Whether it’s processors on a chip, chips on a motherboard, motherboards on a computer or computers in a system, the trend in technology has been towards aggregation. This has proved true and immensely valuable in computing, storage, networking, app stores and venture capital. Unfortunately there is growing risk that some policy makers oppose this trend in wireless spectrum, to the detriment of consumers and the economy.
During the past decade wireless carrier consolidation and repeated auction of public airwaves enabled the spectrum aggregation required to support increasingly robust nationwide wireless data services – and all the advantages delivered for consumers. Over the years, combinations in the wireless market enabled carriers to amass bigger footprints and gain the capacity to carry mobile apps, real-time social media and streaming video. These actions helped accelerate more investment, innovation, and new opportunities for start-ups across the country.
Our nation gained from this trend. The number of broadband users in America exploded nearly 10-fold over the past decade. An “App Economy” and “Social Media Society” are empowering entrepreneurs and accelerating innovation. And consumers have benefitted. During this decade of steady spectrum aggregation, prices per message, per minute and per megabit all fell substantially, while the number and sophistication of available wireless services has increased. Today consumers enjoy intense competition among device-makers, online retailers and wireless service providers, all without government direction, intervention or controls.
For a while, policy makers seemed to get this. Pro-Internet policy successes came when government removed barriers, rather than adding new ones; when they allowed the market to shift spectrum from inefficient users to those who maximized its value to benefit consumers.
Unfortunately those days may be ending. While there is rare bipartisan agreement that the biggest challenge to broadband-enabled growth is lack of available spectrum, there is growing disagreement on how to fix it.
Some recognize that the new investment needed for networks to keep pace with the explosion of digital content and rapid growth in the number of users will come from greater flexibility: allowing spectrum assets to migrate to those who use them best; shifting wireless frequencies from government to the private sector; allowing companies to innovate, combine and reinvent themselves.
Yet others believe new government regulation is needed. They mistrust the very market-led spectrum aggregation that powered the broadband economy of 2012. Despite highly competitive markets – more than 90 percent of consumers have a choice among five or more wireless data providers today – they want to limit how carriers can manage their networks; which carriers are allowed to obtain more spectrum to serve; what prices carriers can charge for access to their networks; and when carriers can combine.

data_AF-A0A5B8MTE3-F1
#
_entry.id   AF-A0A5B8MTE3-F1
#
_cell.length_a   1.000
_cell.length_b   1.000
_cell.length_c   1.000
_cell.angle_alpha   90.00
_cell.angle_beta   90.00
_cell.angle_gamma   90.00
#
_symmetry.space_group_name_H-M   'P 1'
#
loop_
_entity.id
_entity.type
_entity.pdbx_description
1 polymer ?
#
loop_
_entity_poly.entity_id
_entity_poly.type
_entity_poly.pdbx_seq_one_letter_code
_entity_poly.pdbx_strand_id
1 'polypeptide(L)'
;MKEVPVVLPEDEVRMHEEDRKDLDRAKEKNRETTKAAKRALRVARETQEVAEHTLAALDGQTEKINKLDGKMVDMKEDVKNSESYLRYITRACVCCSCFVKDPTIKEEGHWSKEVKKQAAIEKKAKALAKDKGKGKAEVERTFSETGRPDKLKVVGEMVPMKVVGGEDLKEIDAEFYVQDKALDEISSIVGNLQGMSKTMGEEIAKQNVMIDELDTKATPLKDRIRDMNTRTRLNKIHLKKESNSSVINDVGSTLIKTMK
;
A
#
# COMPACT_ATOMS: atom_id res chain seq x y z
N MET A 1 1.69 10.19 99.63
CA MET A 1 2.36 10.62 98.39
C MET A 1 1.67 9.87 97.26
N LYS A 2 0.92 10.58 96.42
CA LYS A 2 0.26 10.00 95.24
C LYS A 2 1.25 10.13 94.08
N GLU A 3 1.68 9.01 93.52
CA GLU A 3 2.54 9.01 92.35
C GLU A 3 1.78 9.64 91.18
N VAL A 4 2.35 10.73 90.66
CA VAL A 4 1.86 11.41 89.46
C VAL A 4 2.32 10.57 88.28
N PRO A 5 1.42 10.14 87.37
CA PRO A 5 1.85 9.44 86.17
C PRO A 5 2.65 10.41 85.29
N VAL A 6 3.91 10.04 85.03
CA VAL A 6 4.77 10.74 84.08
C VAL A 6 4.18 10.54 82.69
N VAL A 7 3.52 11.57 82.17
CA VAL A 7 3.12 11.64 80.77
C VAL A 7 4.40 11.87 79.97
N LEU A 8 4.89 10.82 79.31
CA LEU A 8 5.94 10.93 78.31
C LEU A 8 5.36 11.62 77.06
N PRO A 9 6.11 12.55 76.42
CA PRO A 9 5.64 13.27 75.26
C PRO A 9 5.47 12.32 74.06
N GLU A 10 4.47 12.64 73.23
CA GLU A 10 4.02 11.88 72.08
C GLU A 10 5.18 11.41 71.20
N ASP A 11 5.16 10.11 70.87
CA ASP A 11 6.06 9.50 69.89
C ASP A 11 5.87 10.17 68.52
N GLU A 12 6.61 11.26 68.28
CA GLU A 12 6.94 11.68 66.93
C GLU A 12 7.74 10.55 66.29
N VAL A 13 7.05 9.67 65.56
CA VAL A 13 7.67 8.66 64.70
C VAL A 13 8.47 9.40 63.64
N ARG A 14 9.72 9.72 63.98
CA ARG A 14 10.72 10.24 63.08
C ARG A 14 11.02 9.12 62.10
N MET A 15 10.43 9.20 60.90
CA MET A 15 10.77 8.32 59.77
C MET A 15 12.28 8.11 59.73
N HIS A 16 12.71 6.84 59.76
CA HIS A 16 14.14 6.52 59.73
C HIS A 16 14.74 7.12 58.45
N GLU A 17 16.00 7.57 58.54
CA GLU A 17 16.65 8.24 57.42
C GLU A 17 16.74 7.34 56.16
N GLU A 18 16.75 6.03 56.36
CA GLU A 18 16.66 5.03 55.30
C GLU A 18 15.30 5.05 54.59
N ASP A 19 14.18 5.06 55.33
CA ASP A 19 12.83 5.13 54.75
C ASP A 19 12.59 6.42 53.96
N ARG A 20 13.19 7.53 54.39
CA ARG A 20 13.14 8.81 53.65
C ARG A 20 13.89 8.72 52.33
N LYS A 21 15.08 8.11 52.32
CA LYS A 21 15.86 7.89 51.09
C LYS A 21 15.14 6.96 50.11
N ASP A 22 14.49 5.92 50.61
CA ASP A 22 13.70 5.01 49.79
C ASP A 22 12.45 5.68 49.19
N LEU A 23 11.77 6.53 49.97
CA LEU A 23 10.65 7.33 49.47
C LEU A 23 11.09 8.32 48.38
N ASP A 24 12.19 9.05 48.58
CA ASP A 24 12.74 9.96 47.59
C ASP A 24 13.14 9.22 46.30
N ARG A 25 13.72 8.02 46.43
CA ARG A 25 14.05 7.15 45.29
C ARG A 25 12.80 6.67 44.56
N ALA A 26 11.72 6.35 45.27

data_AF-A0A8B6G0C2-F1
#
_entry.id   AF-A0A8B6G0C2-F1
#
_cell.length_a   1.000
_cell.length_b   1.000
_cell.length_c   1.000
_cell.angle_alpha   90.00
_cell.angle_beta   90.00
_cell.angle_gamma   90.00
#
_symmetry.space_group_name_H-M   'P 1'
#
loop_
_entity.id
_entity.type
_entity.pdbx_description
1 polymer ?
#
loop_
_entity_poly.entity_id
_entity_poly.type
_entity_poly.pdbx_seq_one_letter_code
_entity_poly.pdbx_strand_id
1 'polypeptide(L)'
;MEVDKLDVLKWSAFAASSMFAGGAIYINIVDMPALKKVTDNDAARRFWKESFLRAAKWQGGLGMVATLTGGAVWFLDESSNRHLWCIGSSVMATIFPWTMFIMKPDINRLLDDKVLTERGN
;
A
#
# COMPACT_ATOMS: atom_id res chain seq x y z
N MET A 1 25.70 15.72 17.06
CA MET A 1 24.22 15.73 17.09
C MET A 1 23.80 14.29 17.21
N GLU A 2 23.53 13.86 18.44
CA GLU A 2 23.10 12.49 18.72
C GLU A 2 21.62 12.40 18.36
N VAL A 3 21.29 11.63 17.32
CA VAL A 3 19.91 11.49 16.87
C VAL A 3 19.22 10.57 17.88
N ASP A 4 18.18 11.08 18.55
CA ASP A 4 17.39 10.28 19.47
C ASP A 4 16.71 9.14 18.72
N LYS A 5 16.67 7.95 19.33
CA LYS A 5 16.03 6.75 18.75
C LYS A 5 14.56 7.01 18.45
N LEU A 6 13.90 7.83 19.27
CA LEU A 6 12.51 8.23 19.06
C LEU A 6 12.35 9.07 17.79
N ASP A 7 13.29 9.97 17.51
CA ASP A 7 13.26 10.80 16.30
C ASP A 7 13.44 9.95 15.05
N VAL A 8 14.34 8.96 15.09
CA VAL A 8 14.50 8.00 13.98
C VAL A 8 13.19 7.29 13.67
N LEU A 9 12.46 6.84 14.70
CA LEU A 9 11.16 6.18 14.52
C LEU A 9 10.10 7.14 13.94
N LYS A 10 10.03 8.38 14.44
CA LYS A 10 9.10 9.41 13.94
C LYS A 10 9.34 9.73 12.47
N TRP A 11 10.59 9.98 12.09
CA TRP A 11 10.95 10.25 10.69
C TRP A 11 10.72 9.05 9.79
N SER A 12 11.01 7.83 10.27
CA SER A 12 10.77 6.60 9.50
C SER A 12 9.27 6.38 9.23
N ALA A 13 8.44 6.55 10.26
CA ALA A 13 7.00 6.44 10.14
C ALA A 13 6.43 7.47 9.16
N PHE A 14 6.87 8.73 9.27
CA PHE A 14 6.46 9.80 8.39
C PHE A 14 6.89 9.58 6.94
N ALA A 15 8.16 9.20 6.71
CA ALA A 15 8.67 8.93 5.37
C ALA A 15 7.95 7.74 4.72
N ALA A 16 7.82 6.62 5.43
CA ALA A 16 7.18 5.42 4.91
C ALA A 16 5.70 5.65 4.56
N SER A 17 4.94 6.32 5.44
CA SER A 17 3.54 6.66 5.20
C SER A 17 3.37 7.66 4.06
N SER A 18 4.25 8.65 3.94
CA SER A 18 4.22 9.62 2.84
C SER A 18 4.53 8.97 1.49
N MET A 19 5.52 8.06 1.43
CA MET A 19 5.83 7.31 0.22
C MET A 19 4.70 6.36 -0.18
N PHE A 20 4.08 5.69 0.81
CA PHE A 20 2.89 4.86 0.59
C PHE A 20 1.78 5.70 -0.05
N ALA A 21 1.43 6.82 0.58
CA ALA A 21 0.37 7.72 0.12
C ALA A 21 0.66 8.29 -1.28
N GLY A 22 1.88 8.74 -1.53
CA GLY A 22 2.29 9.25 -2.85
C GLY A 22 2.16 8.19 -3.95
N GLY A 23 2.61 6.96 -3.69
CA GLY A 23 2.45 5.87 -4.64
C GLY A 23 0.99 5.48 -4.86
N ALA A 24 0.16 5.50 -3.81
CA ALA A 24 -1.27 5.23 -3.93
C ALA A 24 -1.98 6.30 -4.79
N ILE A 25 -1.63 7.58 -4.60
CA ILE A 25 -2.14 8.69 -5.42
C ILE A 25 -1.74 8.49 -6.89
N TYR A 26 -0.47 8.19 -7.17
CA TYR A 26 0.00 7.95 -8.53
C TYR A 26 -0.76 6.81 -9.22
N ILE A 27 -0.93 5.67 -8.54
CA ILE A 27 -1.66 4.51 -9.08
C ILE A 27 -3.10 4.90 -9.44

It is hard for these policy makers to trust the markets. What if the “wrong” players win? What if the system that worked so well for the past decades breaks down? What if government guardians are the only barrier between today’s robust competition and a monopolistic future?
The fact is that innovation is inherently unpredictable. But it’s also the best solution for consumers. With wireless markets so rapidly-changing – and with remedies to actual uncompetitive behavior far preferable to preemptive strikes against theoretical risks – policy makers would do best to act with humility in their own predictive powers and with faith in wireless markets’ proven resistance to capture.
It is nice to have a national broadband strategy and Presidential targets. But no amount of jawboning from the bully pulpit can take the place of private investment and market-based competition. Our nation does not need new laws and new regulations…we need more government spectrum dedicated to consumer use and fewer limitations on which wireless carriers can obtain additional spectrum and deploy more robust networks.
Mehlman is former Assistant Secretary of Commerce for Technology Policy and founding co-chairman of the Internet Innovation Alliance.